• Any­way, I pre­fer to see 2+2=4 as de­riv­ing from set the­ory, rather than ar­ith­metic. Set the­ory has its for­mal rules, and some ver­sion of 2+2=4 is one of them.

The ques­tion is, do we find things in our world that can be use­fully mod­el­led by set the­ory? We can. For a start, there seem to be many ob­jects that have per­sis­tence—cups, trees and planets don’t gen­er­ally split or mul­ti­ply in the course of a con­ver­sa­tion. Also, we can use­fully group ob­jects to­gether by their prop­er­ties, and it is of­ten use­ful to ig­nore their differ­ences. Two similar look­ing trees are likely to do similar kinds of things in similar situ­a­tions (ie in­duc­tion over classes of ob­jects is not com­pletely use­less).

So two cups of wa­ter plus two cups of sugar makes four cups—as long as we’re in­ter­ested in cups, not in the differ­ence be­tween sugar and wa­ter. Two elms and two oaks make four trees—as long as we’re in­ter­est in trees in gen­eral, and as long as we aren’t think­ing on the scale of decades, and as long there isn’t a guy with a chain­saw and an itchy trig­ger finger.

In fact, set the­ory is so use­ful about so many things in the world, that we ab­stract it to a uni­ver­sal truth − 2+2=4 in so many differ­ent cir­cum­stances, that sim­ply 2+2=4.

So we can’t make two ap­ples plus two ap­ples equal five ap­ples (at least not in a few sec­onds) be­cause ap­ples, in the way that we use the term, and on the time scales that we use the term, are ob­jects that obey the ax­ioms of set the­ory.

• Not ex­actly on sub­ject, but the num­bers up to 5 seem wired into our brain, so in effect, 2+2=4 be­fore you were old enough to know what “2” was.

• Two cups of wa­ter plus two cups of sugar does not equal four cups of sugar wa­ter. ;)

• All the premises nec­es­sary to prove that 2+2=4 can be found in the defi­ni­tions of 2, 4, + and =. Add in some defi­ni­tions from set the­ory, and you get sizeof(X)=2 && sizeof(Y)=2 and dis­joint(X,Y) |- sizeof(X u Y)=4. The trick­ier as­sump­tions are in con­vert­ing from op­er­a­tions on ap­ples to op­er­a­tions on sets. This iso­mor­phism is en­tailed by the count­ing al­gorithm; if there’s no per­son around to count them, then when we said “there are two ap­ples” we were talk­ing about a coun­ter­fac­tual in which some­thing did run the count­ing al­gorithm. (Note that the ab­stract count­ing al­gorithm as­sumes a perfectly-re­li­able tag­ging of counted and not-counted-yet ob­jects, and a perfectly re­li­able in­cre­ment­ing num­ber; a count made by a hu­man has nei­ther of these things, so some­times counted_as(25,000)+counted_as(25,000gp) = counted_as(50,001).)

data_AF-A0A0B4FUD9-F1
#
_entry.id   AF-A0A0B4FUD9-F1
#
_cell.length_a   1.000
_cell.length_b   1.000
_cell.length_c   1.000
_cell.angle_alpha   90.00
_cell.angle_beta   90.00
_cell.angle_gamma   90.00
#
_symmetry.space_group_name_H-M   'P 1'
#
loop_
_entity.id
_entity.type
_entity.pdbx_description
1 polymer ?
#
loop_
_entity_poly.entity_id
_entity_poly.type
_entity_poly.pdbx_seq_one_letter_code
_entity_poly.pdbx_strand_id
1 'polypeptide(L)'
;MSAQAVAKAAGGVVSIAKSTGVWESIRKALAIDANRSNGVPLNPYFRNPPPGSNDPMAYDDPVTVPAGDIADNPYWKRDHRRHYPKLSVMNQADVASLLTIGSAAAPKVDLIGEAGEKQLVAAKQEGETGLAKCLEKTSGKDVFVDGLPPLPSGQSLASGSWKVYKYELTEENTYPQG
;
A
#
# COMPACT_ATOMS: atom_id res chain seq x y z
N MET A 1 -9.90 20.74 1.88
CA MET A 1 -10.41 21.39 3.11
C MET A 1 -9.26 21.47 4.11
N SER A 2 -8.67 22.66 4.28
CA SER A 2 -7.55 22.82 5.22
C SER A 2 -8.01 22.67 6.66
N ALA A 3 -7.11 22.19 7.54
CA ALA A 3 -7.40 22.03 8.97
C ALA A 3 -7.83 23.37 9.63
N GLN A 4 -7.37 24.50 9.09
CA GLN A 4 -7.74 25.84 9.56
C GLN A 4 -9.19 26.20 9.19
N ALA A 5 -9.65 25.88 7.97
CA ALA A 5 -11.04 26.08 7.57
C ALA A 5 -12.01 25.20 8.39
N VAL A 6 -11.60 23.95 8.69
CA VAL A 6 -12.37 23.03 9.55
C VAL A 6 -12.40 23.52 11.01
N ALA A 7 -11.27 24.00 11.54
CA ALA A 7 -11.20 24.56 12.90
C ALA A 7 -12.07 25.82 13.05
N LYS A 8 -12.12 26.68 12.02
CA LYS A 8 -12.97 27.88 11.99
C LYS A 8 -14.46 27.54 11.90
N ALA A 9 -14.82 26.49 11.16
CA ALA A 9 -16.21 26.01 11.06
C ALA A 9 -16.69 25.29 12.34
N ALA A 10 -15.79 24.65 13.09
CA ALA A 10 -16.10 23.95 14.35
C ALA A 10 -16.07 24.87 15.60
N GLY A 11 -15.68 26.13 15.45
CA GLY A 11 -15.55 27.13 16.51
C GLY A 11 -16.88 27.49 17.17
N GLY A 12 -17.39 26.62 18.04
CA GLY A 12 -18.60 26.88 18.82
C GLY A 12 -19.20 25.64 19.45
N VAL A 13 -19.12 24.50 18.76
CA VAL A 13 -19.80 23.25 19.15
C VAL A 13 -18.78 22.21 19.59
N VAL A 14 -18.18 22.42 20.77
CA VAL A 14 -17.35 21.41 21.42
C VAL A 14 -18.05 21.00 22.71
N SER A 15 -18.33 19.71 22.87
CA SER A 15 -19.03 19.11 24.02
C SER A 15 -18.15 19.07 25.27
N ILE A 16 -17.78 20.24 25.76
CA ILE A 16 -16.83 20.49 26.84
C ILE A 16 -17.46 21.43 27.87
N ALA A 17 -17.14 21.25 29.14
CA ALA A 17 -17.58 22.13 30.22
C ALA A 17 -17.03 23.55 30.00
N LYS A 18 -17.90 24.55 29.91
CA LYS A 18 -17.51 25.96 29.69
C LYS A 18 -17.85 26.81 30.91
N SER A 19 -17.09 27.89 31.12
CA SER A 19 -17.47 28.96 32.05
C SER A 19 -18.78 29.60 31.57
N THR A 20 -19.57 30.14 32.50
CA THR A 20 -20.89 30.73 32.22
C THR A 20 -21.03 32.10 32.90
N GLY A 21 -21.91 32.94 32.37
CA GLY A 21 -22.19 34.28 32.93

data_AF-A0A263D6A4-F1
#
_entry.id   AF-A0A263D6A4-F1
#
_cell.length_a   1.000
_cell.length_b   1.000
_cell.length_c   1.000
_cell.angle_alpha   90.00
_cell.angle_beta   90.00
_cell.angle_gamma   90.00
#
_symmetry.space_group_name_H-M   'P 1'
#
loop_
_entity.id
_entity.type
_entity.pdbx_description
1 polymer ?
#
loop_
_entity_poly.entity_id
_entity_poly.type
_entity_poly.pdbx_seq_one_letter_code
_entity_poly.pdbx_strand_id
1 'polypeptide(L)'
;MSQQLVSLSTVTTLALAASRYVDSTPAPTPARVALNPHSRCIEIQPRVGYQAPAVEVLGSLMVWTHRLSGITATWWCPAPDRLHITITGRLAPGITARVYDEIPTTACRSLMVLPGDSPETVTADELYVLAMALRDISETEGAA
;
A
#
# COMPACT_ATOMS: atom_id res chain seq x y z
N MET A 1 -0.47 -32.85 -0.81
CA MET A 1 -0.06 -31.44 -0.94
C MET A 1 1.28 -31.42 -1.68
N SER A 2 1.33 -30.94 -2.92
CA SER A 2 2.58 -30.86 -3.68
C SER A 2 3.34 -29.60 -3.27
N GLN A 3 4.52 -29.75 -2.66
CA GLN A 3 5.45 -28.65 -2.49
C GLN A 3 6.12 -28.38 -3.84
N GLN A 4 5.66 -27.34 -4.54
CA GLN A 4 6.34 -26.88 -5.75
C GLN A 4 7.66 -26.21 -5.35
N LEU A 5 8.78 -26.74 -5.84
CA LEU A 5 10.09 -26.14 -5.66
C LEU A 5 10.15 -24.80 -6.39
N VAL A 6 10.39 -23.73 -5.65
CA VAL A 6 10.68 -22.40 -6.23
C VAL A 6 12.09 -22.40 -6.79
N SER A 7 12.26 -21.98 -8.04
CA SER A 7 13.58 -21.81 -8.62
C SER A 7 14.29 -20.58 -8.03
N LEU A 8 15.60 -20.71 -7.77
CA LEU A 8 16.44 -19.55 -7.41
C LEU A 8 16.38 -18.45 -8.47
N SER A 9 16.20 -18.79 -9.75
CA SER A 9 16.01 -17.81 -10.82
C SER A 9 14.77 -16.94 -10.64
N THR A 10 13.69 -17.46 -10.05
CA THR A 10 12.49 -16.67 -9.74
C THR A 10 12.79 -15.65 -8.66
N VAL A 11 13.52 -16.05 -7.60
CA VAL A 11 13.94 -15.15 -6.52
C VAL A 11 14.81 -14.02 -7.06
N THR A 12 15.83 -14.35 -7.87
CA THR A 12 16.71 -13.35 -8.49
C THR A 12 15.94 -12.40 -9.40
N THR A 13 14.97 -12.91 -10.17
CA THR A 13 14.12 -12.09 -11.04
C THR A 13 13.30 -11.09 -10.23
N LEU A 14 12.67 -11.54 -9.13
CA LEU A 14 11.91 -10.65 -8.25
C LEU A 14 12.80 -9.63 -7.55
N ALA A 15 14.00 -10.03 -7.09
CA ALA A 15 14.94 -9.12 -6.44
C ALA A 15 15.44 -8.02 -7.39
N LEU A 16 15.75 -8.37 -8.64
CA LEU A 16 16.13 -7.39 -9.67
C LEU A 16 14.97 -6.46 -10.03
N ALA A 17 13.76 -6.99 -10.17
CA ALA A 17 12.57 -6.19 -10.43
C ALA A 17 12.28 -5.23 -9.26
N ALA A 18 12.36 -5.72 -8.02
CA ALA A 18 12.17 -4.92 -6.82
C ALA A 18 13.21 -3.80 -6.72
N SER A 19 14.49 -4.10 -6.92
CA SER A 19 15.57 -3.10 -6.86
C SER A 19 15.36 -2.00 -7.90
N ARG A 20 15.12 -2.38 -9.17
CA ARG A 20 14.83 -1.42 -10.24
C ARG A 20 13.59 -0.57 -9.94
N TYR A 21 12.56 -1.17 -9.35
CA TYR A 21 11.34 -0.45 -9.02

• This doesn’t seem di­rectly rele­vant to the med­i­ta­tion. Are you say­ing that, yes, it is an as­sump­tion, be­cause it’s an ar­gu­ment from defi­ni­tion? Be­cause I guess that would be re­spon­sive, but the more in­ter­est­ing ques­tion is whether or not those defi­ni­tions of 2, 4, +, and = can be known to cor­re­spond to the ex­ter­nal world through more than just our as­sump­tions.

• We might mean many things by “2 + 2 = 4”. In PA: “PA |- SS0 + SS0 = SSSS0″, and so by sound­ness “PA |= SS0 + SS0 = SSSS0” In that sense, it is a log­i­cal tru­ism in­de­pen­dent of peo­ple count­ing ap­ples. Of course, this is clearly not what most peo­ple mean by “2+2=4″, if for no other rea­son than peo­ple did num­ber the­ory be­fore Peano.

When ap­plied to ap­ples, “2 + 2 = 4” prob­a­bly is meant as: “ap­ples + the world |= 2 ap­ples + 2 ap­ples = 4 ap­ples”. the truth of which de­pends on the na­ture of “the world”. It seems to be a cor­rect state­ment about ap­ples. Tech­ni­cally I have not checked this prop­erty of ap­ples re­cently, but when I con­sider plac­ing 2 ap­ples on a table, and then 2 more, I think I can re­move 4 ap­ples and have none left. It seems that if I re­quire 4 ap­ples, it suffices to find 2 and then 2 more. This is also true of en­velopes, pa­per­clips, M&M’s and other ob­jects I use. So I gen­er­al­ise a law like be­havi­our of the world that “2 things + 2 things makes 4 things, for or­di­nary sorts of things (eg. ap­ples)”.

At some level, this is part of why I care about things that PA en­tails, rather than an ar­bi­trary sym­bol game; it seems that PA is a log­i­cal struc­ture that ex­tracts lawlike be­havi­our of the world. If I as­sumed a differ­ent sys­tem, I might get “2+2=5”, but then I don’t think the sys­tem would cor­re­spond to the be­havi­ours of ap­ples and M&M’s that I want to gen­er­al­ise.

(On the other hand, PA clearly isn’t enough; it seems to me that strength­ened finite Ram­sey is true, but PA doesn’t show it. But then we get into ZFC /​ sec­ond or­der ar­ith­metic, and then sys­tems at least as strong as PA_or­di­nal, and still lose be­cause there are no in­finite de­scend­ing chains in the or­di­nals)